By Buddy Martin
Nick Saban is a bully
So I guess Nick Saban was just getting his game face on for Ole Miss. And who doesn’t love seeing Lane Kiffin getting verbally spanked on national TV?
I’m just surprised Saban didn’t turn Kiffin upside down and shake lunch money out of his pockets.
“There were no arguments. Those are called ass-chewings.”
Those are the exact words of Alabama’s head coach.
Alabama had win No. 2 well in hand, cruising along with a comfortable 38-3 lead over Western Kentucky when Kiffin called a play that resulted in a fumble which the Hilltoppers converted into the first touchdown.
You’d have thought Western Kentucky had just returned a Kick Six for the win instead of only scoring the first touchdown of the year against Alabama – a meaningless one in a 38-10 Crimson Tide victory.
Furrowed brow, scowling, smoke blowing out of his ears, Saban began his drive-by verbal assault of Kiffin on the sideline once, then made a u-turn for another round of jaw-jacking diatribe. Kiffin never said a word.
This was not a pretty moment for college football. Except for those misguided fans that think coaches adding badly somehow enhances his image and fires up his team.
You only need to read the tweets of some amused Tide fans to see how much they loved seeing their coach going nuclear on his offensive coordinator Saturday — whittling him down to size after just having awarded him a big raise.
One frustrated LSU fan even got into the act, tweeting to Cecil Hurt of the Tuscaloosa News:
We need a little of that in Tiger town!! Please!!!
The truth, though, is that in a nation where we pretend to abhor bullying, Nick Saban is setting a terrible example, because he is an outright bully himself. And he has millions of people watching him perform from his huge bully pulpit.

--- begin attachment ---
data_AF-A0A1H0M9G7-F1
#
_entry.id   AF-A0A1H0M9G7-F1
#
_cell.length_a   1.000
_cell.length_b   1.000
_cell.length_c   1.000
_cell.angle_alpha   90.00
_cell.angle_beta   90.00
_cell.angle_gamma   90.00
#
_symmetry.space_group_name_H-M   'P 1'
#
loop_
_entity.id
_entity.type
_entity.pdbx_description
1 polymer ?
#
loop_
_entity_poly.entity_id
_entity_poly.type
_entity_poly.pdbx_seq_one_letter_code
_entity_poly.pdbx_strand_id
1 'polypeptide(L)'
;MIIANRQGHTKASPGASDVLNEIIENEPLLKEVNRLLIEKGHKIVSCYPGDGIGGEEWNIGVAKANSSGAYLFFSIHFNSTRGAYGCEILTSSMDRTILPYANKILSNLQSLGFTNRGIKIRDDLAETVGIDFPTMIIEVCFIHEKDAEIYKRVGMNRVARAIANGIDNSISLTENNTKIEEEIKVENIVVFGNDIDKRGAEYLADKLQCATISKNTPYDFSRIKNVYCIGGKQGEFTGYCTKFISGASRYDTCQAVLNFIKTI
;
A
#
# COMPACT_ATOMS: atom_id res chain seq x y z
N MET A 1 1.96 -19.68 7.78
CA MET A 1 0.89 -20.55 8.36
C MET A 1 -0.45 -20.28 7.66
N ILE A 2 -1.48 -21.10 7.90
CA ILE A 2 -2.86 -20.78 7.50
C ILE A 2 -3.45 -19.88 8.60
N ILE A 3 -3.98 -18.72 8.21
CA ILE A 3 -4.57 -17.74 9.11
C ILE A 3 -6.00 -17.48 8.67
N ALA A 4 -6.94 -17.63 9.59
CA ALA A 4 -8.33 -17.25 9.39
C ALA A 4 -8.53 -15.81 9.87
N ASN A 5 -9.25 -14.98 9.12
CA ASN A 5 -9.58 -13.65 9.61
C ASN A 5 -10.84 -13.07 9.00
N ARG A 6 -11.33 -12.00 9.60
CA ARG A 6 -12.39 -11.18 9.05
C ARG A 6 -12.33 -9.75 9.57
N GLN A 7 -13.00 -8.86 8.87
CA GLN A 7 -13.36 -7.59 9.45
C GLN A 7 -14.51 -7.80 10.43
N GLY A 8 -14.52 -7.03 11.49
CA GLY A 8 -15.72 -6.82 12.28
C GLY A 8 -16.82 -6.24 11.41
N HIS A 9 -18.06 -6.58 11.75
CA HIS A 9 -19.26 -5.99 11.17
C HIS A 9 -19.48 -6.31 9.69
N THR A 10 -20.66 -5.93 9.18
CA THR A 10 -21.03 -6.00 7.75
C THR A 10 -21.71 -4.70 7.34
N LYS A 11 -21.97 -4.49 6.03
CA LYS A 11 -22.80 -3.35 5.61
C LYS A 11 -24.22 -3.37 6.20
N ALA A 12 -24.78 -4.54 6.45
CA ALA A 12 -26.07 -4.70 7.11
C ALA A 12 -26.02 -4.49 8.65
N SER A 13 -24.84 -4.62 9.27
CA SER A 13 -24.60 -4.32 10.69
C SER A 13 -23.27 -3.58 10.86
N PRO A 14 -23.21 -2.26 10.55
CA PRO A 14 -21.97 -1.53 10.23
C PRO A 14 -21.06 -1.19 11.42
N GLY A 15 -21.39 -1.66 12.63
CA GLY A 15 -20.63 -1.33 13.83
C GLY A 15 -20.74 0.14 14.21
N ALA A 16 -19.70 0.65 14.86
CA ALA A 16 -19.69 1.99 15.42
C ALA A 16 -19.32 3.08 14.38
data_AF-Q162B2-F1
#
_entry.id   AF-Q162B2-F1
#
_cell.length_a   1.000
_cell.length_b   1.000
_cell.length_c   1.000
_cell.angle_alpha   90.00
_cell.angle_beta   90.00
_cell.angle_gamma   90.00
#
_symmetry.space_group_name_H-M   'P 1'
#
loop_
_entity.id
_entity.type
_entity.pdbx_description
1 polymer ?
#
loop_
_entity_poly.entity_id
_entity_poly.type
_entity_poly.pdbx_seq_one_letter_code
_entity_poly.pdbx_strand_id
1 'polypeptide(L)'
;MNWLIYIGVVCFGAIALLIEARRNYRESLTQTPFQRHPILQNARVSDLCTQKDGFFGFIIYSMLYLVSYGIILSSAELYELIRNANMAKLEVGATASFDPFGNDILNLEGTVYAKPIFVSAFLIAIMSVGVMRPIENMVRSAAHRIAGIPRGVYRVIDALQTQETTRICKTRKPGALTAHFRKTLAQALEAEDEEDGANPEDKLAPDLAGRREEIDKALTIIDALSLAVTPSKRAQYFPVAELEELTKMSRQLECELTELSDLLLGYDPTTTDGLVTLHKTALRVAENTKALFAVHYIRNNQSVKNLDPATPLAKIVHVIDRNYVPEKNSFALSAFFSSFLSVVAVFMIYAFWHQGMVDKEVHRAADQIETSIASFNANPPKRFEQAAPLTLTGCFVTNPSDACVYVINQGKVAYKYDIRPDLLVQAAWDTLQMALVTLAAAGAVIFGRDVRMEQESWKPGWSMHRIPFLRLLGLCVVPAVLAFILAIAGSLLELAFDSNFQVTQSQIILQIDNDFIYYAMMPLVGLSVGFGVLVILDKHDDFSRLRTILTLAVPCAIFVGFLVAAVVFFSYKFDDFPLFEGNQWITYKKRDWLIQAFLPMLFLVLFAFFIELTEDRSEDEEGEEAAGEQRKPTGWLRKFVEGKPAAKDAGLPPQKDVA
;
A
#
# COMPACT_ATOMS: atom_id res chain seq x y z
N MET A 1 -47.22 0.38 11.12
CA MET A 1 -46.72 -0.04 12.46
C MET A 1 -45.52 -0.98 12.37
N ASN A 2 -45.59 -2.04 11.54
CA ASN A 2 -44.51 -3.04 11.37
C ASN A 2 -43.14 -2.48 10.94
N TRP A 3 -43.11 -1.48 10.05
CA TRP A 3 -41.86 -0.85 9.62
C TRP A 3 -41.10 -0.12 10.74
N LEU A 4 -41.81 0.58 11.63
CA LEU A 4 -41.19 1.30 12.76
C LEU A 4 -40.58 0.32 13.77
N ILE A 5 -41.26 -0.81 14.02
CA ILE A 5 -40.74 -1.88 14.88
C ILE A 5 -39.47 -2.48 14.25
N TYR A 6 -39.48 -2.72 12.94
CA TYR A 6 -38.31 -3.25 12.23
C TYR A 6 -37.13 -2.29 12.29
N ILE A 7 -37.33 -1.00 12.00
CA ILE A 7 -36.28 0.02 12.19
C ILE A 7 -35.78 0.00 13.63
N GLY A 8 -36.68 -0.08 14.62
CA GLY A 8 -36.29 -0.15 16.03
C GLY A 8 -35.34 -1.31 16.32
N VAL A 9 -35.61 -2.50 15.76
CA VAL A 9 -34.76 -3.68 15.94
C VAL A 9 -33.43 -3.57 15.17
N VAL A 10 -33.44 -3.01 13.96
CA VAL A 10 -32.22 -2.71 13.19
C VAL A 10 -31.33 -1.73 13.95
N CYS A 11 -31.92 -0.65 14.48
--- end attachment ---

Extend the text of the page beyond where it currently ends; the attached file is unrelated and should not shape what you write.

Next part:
Saban owes us all an apology, including Kiffin, who by the way, is a grown man –not a teenage football player. A grown man who was once head coach of the Tennessee Vols and the Oakland Raiders.
Taking a verbal lashing on national TV is both humiliating and disgraceful. And giving one to another adult is downright juvenile.
Other grown men have taken Saban tongue lashings. The last and most public one came at the expense of ESPN’s Paul Finebaum at SEC Media Days in Hoover, Alabama. Finebaum had the gall to point out that Saban was taking heat for the decision to not suspend Cam Robinson or Hootie Jones following their May 17 arrest after small amounts of marijuana were found in their car.
According to Al.com, Saban said on air he didn’t care about critics. “If they really did something wrong, they would have been charged with something,” Saban said.
Finebaum called that “debatable.”
“Do we condone the behavior?” Saban insisted. “No. But you’re innocent until you’re proven guilty in this country regardless if you get convicted in the media or not, which is what you’re doing.”
At the end of the interview, away from the mics, a camera caught Saban dressing down Finebaum. Later Paul admitted Saban somewhat berated him, but never revealed the reason or what he said. Nor did he retaliate.
Finebaum, by the way, is the closest thing to a real friend that Saban has in the legitimate media.
On Sunday after the Saban meltdown, I mailed Finebaum and asked what he thought of the “ass-chewing” Saban gave Kiffin — and if he could identify.
“Well I don’t know that feeling,” he wrote back. “In my case, I was challenging Saban on an important issue that needed to be asked. Lane was a victim of a drive-by.”
So what would have prompted Saban to verbally assault Kiffin?
“I’m not still not certain why Saban did it,” said Finebaum. “Although I’m sure it was because he can. These things are mostly for show-pure drama. Saban wants focus on Ole Miss to be better and he blows up on a guy he couldn’t have last year’s national title without. Go figure.”